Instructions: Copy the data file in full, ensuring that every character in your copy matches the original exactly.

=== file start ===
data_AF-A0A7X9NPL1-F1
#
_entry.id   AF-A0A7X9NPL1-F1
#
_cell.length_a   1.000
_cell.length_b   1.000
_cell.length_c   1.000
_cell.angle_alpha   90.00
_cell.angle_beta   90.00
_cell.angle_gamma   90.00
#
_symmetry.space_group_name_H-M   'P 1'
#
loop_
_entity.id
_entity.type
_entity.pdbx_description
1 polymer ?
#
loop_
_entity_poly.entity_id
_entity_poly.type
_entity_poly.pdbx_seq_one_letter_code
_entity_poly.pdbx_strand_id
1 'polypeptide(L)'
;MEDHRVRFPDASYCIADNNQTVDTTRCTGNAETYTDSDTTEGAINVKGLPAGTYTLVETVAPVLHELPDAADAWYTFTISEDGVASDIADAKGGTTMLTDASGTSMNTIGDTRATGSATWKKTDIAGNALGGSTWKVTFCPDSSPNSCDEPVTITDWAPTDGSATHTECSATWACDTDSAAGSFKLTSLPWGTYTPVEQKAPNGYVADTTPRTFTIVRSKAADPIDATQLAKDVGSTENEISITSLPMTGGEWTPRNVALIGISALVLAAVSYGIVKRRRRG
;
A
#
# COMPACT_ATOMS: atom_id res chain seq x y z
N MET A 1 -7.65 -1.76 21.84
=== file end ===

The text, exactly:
data_AF-A0A7X9NPL1-F1
#
_entry.id   AF-A0A7X9NPL1-F1
#
_cell.length_a   1.000
_cell.length_b   1.000
_cell.length_c   1.000
_cell.angle_alpha   90.00
_cell.angle_beta   90.00
_cell.angle_gamma   90.00
#
_symmetry.space_group_name_H-M   'P 1'
#
loop_
_entity.id
_entity.type
_entity.pdbx_description
1 polymer ?
#
loop_
_entity_poly.entity_id
_entity_poly.type
_entity_poly.pdbx_seq_one_letter_code
_entity_poly.pdbx_strand_id
1 'polypeptide(L)'
;MEDHRVRFPDASYCIADNNQTVDTTRCTGNAETYTDSDTTEGAINVKGLPAGTYTLVETVAPVLHELPDAADAWYTFTISEDGVASDIADAKGGTTMLTDASGTSMNTIGDTRATGSATWKKTDIAGNALGGSTWKVTFCPDSSPNSCDEPVTITDWAPTDGSATHTECSATWACDTDSAAGSFKLTSLPWGTYTPVEQKAPNGYVADTTPRTFTIVRSKAADPIDATQLAKDVGSTENEISITSLPMTGGEWTPRNVALIGISALVLAAVSYGIVKRRRRG
;
A
#
# COMPACT_ATOMS: atom_id res chain seq x y z
N MET A 1 -7.65 -1.76 21.84